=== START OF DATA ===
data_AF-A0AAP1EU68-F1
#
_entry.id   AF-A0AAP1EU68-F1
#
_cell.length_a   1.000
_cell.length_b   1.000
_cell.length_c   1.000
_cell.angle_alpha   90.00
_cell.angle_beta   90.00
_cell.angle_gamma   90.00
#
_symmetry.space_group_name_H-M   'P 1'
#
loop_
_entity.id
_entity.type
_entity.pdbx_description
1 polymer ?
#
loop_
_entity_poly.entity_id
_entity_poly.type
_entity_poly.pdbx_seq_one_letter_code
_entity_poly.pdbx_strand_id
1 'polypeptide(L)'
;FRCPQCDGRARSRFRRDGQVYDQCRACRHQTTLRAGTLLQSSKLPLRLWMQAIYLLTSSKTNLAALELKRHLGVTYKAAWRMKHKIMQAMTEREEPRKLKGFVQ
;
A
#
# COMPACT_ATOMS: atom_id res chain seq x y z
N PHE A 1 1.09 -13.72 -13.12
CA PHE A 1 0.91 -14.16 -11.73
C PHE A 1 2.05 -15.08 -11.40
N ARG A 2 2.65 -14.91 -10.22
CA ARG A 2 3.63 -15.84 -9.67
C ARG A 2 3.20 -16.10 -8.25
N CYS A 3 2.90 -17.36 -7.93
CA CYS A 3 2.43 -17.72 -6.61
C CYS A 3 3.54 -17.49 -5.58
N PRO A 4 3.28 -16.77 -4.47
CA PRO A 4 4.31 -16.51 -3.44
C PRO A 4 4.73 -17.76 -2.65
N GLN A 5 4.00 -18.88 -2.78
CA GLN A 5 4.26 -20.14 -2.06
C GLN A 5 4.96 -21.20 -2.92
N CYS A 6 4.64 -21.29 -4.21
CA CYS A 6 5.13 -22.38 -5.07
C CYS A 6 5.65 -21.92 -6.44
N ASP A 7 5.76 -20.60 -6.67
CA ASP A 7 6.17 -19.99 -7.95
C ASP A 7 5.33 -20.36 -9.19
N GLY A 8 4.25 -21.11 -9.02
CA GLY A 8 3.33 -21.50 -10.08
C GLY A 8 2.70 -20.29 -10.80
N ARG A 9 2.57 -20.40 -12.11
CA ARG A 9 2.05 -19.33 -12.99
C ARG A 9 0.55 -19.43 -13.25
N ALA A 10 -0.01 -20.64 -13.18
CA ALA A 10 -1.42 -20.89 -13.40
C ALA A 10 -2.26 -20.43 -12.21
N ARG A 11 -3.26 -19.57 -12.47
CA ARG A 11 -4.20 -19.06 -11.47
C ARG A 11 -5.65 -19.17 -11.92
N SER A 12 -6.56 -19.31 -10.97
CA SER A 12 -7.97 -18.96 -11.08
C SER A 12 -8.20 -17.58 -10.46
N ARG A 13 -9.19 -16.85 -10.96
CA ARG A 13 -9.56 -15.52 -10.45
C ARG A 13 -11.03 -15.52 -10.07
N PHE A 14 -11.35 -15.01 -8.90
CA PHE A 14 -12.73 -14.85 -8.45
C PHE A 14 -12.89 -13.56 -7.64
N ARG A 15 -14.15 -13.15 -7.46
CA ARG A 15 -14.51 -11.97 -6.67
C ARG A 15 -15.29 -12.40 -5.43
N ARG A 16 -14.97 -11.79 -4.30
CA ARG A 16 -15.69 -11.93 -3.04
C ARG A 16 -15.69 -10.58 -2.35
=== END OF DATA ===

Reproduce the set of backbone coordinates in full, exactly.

data_AF-A0AAP1EU68-F1
#
_entry.id   AF-A0AAP1EU68-F1
#
_cell.length_a   1.000
_cell.length_b   1.000
_cell.length_c   1.000
_cell.angle_alpha   90.00
_cell.angle_beta   90.00
_cell.angle_gamma   90.00
#
_symmetry.space_group_name_H-M   'P 1'
#
loop_
_entity.id
_entity.type
_entity.pdbx_description
1 polymer ?
#
loop_
_entity_poly.entity_id
_entity_poly.type
_entity_poly.pdbx_seq_one_letter_code
_entity_poly.pdbx_strand_id
1 'polypeptide(L)'
;FRCPQCDGRARSRFRRDGQVYDQCRACRHQTTLRAGTLLQSSKLPLRLWMQAIYLLTSSKTNLAALELKRHLGVTYKAAWRMKHKIMQAMTEREEPRKLKGFVQ
;
A
#
# COMPACT_ATOMS: atom_id res chain seq x y z
N PHE A 1 1.09 -13.72 -13.12
CA PHE A 1 0.91 -14.16 -11.73
C PHE A 1 2.05 -15.08 -11.40
N ARG A 2 2.65 -14.91 -10.22
CA ARG A 2 3.63 -15.84 -9.67
C ARG A 2 3.20 -16.10 -8.25
N CYS A 3 2.90 -17.36 -7.93
CA CYS A 3 2.43 -17.72 -6.61
C CYS A 3 3.54 -17.49 -5.58
N PRO A 4 3.28 -16.77 -4.47
CA PRO A 4 4.31 -16.51 -3.44
C PRO A 4 4.73 -17.76 -2.65
N GLN A 5 4.00 -18.88 -2.78
CA GLN A 5 4.26 -20.14 -2.06
C GLN A 5 4.96 -21.20 -2.92
N CYS A 6 4.64 -21.29 -4.21
CA CYS A 6 5.13 -22.38 -5.07
C CYS A 6 5.65 -21.92 -6.44
N ASP A 7 5.76 -20.60 -6.67
CA ASP A 7 6.17 -19.99 -7.95
C ASP A 7 5.33 -20.36 -9.19
N GLY A 8 4.25 -21.11 -9.02
CA GLY A 8 3.33 -21.50 -10.08
C GLY A 8 2.70 -20.29 -10.80
N ARG A 9 2.57 -20.40 -12.11
CA ARG A 9 2.05 -19.33 -12.99
C ARG A 9 0.55 -19.43 -13.25
N ALA A 10 -0.01 -20.64 -13.18
CA ALA A 10 -1.42 -20.89 -13.40
C ALA A 10 -2.26 -20.43 -12.21
N ARG A 11 -3.26 -19.57 -12.47
CA ARG A 11 -4.20 -19.06 -11.47
C ARG A 11 -5.65 -19.17 -11.92
N SER A 12 -6.56 -19.31 -10.97
CA SER A 12 -7.97 -18.96 -11.08
C SER A 12 -8.20 -17.58 -10.46
N ARG A 13 -9.19 -16.85 -10.96
CA ARG A 13 -9.56 -15.52 -10.45
C ARG A 13 -11.03 -15.52 -10.07
N PHE A 14 -11.35 -15.01 -8.90
CA PHE A 14 -12.73 -14.85 -8.45
C PHE A 14 -12.89 -13.56 -7.64
N ARG A 15 -14.15 -13.15 -7.46
CA ARG A 15 -14.51 -11.97 -6.67
C ARG A 15 -15.29 -12.40 -5.43
N ARG A 16 -14.97 -11.79 -4.30
CA ARG A 16 -15.69 -11.93 -3.04
C ARG A 16 -15.69 -10.58 -2.35